Barbara Proctor started her own advertising company believing in a market nobody else paid much attention to – the African-American market.
After facing a wall of indifference when looking for funding, she was finally able to establish her company and break the industry with amazing results.
Proctor and Gardner Advertising now has many high-profile clients and is the second largest ad agency headed by an African-American in the US.
Barbara Proctor – Keeping the Faith
Barbara Proctor started from the bottom up, redefining the advertising industry with her vision of a different kind of ad agency.
She used to work as an advertising executive in Chicago with accounts that included the world-famous Gillette and Maybelline. She was highly respected and a coveted employee who worked hard and pursued excellence above all things in her line of work. However, after airing some concerns regarding certain questionable ad policies, she was fired.
Undaunted, Barbara decided to go it alone and start her own ad agency that catered specifically to the black community. It wasn’t that easy though. Although she was hot property’ as she describes it, she faced rejection after rejection from banks who refused to grant her a loan.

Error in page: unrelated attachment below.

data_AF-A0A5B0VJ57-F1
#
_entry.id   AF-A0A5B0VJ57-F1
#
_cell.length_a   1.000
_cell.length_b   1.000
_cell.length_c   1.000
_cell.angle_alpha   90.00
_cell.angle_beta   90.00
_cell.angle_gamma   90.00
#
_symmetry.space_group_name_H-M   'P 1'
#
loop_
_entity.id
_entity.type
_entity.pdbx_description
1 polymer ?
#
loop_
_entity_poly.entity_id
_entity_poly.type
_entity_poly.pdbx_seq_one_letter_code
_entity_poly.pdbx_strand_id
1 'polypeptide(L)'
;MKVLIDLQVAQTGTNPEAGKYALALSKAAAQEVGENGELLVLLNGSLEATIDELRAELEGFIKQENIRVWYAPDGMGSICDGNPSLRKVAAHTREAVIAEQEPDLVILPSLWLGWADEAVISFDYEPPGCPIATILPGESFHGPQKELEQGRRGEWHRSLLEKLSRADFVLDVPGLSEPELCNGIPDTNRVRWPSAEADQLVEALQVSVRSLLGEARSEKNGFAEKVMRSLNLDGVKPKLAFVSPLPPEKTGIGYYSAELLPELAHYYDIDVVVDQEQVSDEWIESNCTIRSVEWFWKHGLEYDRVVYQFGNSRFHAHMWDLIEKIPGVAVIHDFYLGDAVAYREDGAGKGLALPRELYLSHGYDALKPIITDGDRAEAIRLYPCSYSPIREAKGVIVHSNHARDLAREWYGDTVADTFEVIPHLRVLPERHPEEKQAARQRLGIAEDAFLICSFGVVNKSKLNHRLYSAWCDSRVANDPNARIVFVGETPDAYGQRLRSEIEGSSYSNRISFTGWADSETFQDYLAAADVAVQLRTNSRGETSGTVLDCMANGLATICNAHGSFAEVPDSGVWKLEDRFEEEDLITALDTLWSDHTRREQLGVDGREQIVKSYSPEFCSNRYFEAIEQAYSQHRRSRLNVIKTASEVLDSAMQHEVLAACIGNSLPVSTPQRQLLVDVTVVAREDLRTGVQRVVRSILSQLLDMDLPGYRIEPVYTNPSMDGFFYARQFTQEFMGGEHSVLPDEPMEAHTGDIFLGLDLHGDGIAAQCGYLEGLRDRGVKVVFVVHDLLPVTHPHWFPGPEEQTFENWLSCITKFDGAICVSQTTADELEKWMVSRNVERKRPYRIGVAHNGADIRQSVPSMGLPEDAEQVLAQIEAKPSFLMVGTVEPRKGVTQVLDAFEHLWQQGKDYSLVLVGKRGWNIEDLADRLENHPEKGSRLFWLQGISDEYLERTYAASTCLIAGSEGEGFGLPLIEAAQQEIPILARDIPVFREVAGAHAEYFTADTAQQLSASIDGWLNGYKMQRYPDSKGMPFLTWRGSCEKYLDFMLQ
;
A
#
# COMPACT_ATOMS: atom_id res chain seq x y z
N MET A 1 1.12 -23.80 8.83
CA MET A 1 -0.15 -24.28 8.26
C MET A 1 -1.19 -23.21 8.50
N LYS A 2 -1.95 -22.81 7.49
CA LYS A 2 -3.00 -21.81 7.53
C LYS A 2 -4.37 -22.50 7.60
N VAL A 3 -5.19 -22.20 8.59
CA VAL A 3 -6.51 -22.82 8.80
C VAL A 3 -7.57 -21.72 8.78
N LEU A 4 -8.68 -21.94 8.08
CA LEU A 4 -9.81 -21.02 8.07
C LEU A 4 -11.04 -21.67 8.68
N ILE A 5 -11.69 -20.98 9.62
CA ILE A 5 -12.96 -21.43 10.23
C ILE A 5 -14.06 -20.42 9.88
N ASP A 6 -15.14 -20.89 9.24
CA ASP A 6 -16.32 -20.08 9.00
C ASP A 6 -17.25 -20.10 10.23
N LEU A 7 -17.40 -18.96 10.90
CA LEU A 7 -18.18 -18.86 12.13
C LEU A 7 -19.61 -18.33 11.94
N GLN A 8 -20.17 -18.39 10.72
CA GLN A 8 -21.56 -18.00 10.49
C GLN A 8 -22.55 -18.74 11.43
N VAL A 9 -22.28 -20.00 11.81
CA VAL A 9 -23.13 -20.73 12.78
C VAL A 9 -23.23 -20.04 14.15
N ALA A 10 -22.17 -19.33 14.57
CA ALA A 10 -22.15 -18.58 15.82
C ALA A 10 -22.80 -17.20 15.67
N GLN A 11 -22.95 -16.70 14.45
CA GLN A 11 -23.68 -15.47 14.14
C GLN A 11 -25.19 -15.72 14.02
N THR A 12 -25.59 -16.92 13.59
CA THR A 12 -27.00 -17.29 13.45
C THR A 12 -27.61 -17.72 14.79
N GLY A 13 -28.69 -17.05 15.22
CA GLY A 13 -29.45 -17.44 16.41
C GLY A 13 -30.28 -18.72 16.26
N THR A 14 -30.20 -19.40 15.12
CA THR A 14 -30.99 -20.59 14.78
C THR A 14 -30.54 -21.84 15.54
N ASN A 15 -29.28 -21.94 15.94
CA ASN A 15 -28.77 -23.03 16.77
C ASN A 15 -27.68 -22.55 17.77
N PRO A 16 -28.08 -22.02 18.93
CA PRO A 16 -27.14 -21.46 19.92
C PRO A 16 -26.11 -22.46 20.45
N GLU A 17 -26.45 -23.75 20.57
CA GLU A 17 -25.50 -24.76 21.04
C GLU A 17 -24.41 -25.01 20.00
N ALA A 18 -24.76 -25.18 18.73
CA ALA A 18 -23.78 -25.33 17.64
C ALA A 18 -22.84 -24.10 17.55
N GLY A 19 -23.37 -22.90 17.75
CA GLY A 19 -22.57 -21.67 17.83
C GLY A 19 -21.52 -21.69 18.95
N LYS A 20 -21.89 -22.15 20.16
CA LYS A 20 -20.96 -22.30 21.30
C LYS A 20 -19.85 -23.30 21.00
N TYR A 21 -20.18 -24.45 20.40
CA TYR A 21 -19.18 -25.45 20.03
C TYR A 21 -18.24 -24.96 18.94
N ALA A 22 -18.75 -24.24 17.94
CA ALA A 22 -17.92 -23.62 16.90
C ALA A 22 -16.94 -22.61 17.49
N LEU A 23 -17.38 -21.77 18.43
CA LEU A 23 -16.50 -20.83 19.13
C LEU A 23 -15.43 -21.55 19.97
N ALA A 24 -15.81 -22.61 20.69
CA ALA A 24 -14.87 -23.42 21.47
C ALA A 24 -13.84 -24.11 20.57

She almost gave up her search for funding but in the end, and down to her last pennies, she made one last attempt at securing financial support. Her persistence finally paid off – the Small Business Administration managed to fully establish her credentials and net worth as an individual (which was assuringly high!) and agreed to lend her money to finance her agency. It took off from there.
Today, Proctor and Gardner Advertising is hotter than ever with an estimated annual revenue of $15 million. Proctor never gave up her quest for success and her persistence paid off handsomely. Her clients include Jewel Foods, Sears, and Roebuck and Company to mention a few.
The Barbara Proctor Quick Bio
Full Name: Barbara Proctor
Birthplace: North Carolina
Company: Proctor and Gardner Advertising
Key Success Traits: determination, commitment to excellence
As a last-ditch effort to secure financing she had a representative from the Small Business Administration call other ad agencies to find out how much she was worth as an employee.
They were impressed with the answers – she was worth as much as $100,000 a year as an executive. This persuaded them to lend her enough cash to see her new company through and Proctor made good on their assistance.